Gradually add scalded milk to egg mixture.

Stir in 1 cup pumpkin to egg/milk mixture.

Return to pot and stir until mixture boils.

Serve three ways.

This recipe yields a slightly sweet pudding that is woefully short on creaminess. It needs more fat. Substituting 1 cup of the almond milk for 1 cup coconut milk would be a start. 1 cup of coconut cream would be the smartest choice yielding an increase in fat and sugar. I demolished all three in a matter of minutes. The full fat whipped cream topped version easily dominated the lonely dairy free pudding.

Heck with it, just use 2 cups of heavy cream for the whole recipe. 

Thursday, December 6, 2012

Sweet Asian Glazed Beef and Salmon

My mental state was in  a nose dive. I had committed the dual sin of skipping lunch and doing my grocery shopping in the same afternoon.  As my blood sugar yo-yo-ed back and forth, dipping closer and closer to full-on crabiness; I was desperate for the glaze to thicken, the steak to sear, and the rice to cook.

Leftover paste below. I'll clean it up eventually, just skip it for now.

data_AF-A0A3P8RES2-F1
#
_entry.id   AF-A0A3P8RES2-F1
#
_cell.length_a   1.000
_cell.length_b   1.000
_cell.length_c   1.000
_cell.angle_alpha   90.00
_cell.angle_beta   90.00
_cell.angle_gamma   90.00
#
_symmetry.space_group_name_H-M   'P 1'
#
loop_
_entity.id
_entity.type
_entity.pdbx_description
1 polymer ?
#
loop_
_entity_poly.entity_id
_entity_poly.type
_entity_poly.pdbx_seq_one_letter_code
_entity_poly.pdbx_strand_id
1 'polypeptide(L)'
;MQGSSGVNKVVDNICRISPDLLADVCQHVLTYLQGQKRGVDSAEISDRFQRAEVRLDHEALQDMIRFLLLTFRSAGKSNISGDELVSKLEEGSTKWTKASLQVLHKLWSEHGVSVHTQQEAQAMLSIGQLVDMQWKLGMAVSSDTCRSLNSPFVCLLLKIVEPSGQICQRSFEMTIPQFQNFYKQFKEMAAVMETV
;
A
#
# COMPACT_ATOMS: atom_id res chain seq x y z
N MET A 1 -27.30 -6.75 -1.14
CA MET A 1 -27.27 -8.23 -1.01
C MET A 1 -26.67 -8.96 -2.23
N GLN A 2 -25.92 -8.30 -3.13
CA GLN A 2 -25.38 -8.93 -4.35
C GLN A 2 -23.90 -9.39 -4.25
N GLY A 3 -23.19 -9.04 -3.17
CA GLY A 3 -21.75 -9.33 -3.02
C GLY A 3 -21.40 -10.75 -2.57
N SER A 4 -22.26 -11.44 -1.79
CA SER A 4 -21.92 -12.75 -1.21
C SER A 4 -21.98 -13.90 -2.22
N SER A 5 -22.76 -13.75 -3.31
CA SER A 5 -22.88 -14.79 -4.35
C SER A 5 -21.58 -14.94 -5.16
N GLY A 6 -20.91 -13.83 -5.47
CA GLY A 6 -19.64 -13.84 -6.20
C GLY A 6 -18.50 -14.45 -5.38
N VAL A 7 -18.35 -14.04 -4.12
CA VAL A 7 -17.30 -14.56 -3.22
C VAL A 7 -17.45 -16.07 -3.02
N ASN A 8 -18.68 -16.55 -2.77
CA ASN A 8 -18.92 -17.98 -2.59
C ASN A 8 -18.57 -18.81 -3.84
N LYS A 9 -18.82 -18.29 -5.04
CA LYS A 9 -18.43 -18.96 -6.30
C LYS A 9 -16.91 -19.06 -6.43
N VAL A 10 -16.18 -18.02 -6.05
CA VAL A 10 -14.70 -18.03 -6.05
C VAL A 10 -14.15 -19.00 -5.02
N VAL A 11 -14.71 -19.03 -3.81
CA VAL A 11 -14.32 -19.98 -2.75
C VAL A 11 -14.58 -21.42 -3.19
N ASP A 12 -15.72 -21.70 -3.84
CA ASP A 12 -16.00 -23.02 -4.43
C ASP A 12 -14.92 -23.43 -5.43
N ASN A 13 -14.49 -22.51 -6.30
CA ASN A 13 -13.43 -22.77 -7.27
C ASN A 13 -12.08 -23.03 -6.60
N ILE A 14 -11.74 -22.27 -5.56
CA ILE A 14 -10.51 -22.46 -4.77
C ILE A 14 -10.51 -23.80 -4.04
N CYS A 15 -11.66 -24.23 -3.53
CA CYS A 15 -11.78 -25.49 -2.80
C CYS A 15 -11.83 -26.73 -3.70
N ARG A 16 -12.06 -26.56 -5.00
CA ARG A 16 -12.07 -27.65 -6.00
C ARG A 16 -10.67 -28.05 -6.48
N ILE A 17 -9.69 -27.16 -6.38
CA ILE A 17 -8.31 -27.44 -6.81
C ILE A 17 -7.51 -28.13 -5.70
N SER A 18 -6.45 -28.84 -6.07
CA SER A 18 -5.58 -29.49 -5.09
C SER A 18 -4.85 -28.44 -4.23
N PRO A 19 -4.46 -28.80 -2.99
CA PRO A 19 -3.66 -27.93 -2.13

Dinner could not be served soon enough.

I devoured my first helping like a dog sneaking Kibble from the food bin. As I reached for seconds three simple words written by David Kessler climbed up the memory ladder in my brain: Sweet, salt, and fat.

In his book "The End of Overeating",  Kessler pounds those three words into your subconscious.  Salt, sugar and fat. Repeat after me. Salt, sugar, and fat. Or was it fat, salt, and sweet. Or perhaps salt, sweet and fat? Your get my point.